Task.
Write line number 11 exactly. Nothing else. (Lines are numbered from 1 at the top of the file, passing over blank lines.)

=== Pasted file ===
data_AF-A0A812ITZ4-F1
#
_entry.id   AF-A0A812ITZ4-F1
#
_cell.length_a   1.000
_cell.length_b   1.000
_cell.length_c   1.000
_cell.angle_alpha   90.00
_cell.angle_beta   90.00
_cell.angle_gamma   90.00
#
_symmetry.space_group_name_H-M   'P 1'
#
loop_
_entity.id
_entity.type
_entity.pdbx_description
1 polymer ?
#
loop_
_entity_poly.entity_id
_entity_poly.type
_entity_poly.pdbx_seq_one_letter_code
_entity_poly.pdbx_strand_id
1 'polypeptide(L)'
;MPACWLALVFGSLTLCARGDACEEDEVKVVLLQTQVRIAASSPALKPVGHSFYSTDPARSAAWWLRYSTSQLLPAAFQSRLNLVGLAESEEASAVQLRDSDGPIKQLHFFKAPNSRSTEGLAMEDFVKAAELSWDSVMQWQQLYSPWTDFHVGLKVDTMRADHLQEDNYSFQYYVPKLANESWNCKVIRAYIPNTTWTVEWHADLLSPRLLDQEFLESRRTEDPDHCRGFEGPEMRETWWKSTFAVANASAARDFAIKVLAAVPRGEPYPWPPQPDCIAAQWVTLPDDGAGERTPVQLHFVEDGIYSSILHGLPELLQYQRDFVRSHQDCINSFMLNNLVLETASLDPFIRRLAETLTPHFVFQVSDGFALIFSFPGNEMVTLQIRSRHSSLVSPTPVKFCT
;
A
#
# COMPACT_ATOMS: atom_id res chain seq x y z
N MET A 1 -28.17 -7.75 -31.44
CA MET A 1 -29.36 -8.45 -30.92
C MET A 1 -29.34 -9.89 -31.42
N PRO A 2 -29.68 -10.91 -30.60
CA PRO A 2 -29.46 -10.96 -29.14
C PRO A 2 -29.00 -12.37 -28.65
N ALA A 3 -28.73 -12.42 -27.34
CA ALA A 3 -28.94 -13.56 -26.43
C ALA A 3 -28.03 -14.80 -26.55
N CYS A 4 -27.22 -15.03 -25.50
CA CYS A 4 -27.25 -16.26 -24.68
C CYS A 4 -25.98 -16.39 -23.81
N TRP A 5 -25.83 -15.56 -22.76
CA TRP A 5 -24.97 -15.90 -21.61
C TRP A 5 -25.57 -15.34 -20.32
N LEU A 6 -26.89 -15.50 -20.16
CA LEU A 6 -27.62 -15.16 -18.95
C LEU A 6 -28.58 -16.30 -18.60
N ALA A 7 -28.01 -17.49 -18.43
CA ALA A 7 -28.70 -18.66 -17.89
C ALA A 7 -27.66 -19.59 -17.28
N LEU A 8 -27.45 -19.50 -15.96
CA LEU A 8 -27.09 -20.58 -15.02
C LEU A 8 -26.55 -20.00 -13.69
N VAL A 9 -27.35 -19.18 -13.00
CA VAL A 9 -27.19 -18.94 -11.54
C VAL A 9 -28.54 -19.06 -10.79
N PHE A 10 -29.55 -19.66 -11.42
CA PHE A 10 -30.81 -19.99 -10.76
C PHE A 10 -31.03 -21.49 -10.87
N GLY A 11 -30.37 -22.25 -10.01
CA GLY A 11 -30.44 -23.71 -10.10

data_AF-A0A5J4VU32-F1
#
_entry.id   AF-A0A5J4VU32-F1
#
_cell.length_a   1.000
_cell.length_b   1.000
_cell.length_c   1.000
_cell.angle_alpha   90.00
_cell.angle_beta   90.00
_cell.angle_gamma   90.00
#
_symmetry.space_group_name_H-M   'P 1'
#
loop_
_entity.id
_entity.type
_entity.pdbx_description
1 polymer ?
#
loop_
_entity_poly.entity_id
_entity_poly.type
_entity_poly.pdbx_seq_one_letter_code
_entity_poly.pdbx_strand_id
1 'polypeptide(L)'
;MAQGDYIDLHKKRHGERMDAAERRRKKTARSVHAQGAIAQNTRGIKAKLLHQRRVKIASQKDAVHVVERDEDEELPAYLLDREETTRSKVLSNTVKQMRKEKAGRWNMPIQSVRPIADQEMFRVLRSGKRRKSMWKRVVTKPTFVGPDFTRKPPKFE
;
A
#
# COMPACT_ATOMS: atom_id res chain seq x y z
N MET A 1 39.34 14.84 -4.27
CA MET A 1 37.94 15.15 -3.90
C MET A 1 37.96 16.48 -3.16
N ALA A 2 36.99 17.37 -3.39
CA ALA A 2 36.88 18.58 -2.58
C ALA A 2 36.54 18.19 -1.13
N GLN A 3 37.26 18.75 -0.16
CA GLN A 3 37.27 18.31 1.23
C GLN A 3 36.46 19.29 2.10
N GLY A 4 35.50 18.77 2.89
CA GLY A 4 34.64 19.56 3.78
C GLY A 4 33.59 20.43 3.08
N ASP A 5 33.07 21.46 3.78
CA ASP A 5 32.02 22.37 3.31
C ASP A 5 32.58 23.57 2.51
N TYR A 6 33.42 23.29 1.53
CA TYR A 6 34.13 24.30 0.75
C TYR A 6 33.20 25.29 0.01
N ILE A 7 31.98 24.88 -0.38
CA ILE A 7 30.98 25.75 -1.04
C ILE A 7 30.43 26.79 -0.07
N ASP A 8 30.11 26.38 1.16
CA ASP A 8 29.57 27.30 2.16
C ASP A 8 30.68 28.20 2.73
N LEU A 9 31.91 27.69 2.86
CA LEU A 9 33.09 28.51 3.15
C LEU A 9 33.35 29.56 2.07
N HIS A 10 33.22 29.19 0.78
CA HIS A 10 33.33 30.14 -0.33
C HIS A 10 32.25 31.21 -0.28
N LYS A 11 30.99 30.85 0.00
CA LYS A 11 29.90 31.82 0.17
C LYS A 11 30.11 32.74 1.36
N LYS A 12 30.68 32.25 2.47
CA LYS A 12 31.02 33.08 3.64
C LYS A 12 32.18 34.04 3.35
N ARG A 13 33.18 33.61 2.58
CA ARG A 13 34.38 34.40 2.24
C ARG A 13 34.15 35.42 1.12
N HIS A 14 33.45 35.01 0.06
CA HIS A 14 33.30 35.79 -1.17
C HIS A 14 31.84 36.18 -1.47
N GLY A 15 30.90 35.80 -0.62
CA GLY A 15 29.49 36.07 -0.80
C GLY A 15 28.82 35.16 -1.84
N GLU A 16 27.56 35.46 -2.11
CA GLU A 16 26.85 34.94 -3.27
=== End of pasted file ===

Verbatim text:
#